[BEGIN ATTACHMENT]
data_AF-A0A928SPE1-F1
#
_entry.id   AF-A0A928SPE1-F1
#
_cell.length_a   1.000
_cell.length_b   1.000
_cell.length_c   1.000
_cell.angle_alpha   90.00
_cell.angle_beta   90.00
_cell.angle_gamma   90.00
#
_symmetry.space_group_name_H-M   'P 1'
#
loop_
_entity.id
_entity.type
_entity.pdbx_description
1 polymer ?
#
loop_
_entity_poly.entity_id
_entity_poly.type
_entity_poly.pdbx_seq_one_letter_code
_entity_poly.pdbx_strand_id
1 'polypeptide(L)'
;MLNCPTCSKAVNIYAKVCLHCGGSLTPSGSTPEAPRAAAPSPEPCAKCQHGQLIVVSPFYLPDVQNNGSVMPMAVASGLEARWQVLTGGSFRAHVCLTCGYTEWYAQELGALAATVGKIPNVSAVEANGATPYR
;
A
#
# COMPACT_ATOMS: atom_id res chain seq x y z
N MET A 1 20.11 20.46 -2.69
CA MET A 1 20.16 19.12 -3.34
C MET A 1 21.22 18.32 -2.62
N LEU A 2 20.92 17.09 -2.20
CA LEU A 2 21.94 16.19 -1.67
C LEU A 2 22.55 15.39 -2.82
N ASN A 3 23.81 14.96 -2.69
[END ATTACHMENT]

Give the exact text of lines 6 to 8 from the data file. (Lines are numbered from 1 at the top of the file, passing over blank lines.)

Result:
_cell.length_b   1.000
_cell.length_c   1.000
_cell.angle_alpha   90.00